Hope this helps.
*This Message was edited on 30-Mar-03 08:58 PM by LLeopold*
Between RVs at this point
but I continue to tent camp!
RVs have three: The automotive (chassis) 12 volt system, the "house" 12 volt system, and the 110 volt system. The automotive electrical system has the prime function of providing a burst of 12 volt power which will start the engine. After that, the vehicle's alternator takes over and supplies all the electric current for other uses (lights, horn, stereo, etc). The coach has its own 12 volt system, but this one's based on deep cycle batteries -- these are designed to put out a relatively small amount of electricity for a longer period of time. How do the house batteries get recharged? When you run your RV, the alternator will recharge not only the chassis battery, but the deep cycle house batteries as well.
For maintenance, be sure to keep water level up inside the batteries. Use baking soda and water to keep battery terminals clean. Keep in mind even when you're not using the RV, there is still a small electrical drain going on. Incidentally, in a pinch you can use the house battery to start the engine if the chassis battery should go dead. Happily there's an "isolator" which keeps the chassis battery from discharging into the "house". So if you leave the lights on too long in the "house", you won't drain your chassis battery.
The 120 volt system comes on easily when you plug into the campground's hookups. Also, most RVs will automatically recharge the house batteries whenever you're plugged into shore power. Also, the "converter" will automatically transform some of the 120 volt power to 12 volt electricity so you can run all your DC appliances. Incidentally, an "inverter" does the reverse -- it will take 12 volt power from the battery and change it into 120 volt AC power. But it's really only for smaller electric loads. It can't be used, for example, to run an air conditioner. Keep in mind it does drain your battery if you use an inverter!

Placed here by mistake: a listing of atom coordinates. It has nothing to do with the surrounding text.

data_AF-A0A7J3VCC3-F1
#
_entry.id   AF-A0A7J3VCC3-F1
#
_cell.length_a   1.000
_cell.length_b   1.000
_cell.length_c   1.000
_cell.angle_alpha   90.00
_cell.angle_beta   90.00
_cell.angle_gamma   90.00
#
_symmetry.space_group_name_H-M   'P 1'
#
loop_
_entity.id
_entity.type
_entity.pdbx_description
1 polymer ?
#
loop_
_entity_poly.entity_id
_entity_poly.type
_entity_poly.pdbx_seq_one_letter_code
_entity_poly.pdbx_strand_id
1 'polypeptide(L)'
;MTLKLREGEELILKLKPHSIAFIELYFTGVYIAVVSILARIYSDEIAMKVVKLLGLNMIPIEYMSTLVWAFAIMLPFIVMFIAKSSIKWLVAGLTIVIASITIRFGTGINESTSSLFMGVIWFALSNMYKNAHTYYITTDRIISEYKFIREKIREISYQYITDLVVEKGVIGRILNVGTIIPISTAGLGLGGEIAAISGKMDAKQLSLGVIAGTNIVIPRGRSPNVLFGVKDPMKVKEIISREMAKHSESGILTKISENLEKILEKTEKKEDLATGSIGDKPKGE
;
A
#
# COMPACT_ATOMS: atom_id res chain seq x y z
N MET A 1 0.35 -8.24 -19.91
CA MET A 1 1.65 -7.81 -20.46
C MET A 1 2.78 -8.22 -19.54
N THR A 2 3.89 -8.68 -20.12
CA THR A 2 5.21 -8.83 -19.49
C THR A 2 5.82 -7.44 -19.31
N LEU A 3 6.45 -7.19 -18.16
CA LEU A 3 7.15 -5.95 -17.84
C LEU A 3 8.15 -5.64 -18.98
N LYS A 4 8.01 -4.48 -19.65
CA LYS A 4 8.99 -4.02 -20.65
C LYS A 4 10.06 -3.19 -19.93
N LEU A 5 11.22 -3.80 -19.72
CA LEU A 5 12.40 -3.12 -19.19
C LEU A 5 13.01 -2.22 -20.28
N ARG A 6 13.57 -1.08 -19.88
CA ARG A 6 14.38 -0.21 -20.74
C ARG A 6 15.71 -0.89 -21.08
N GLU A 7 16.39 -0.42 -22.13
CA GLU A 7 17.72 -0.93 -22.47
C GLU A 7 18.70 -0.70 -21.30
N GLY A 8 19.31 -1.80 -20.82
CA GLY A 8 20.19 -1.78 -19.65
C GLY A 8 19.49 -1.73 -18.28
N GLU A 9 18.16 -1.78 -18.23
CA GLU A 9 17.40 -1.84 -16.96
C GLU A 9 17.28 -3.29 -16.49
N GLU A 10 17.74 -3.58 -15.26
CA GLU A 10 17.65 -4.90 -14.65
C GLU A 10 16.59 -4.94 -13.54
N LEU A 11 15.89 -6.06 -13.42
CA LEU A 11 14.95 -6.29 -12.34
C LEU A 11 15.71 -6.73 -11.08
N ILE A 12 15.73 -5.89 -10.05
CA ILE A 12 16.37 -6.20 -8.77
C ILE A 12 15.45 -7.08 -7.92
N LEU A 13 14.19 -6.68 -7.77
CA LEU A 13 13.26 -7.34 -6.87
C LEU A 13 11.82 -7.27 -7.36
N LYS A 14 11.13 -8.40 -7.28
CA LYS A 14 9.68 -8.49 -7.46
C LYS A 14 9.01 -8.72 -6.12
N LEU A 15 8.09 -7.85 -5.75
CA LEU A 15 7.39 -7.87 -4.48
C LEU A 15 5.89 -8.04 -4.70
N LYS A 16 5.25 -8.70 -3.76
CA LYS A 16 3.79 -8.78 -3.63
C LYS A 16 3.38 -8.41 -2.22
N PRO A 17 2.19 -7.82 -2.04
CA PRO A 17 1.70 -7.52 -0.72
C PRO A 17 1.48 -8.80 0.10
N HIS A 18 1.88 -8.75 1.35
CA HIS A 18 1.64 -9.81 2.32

Chassis Electrical Systems
This is the vehicle electrical system. It includes the vehicle battery, charging system, ignition system, instrument panel and controls, and the headlights, taillights, turn signals, and other vehicle lights and accessories.
Chassis Bulbs And Fuses Replace bulbs with equivalent types as marked on the bulb.
Fuses for the chassis electrical system are located under the instrument panel on the left. Additional fuses may be located under the hood. Others may be found in the 12-volt power leads on the related equipment and accessories.
12-Volt Coach System
All 12-volt lighting fixtures, convenience outlets, 12-volt powered vents, freshwater pump, and 12-volt accessories are included in this system.
The 12-volt power is provided by special deep-cycle, high capacity coach storage batteries. Power is also provided by an AC/DC power converter for use when the motor home is plugged into a 120-volt power source. Battery charge is maintained by the motor home engine alternator, or by the converter.
NOTE. All living area radios and tape decks draw from the chassis or coach battery, and extended usage when not traveling may discharge them.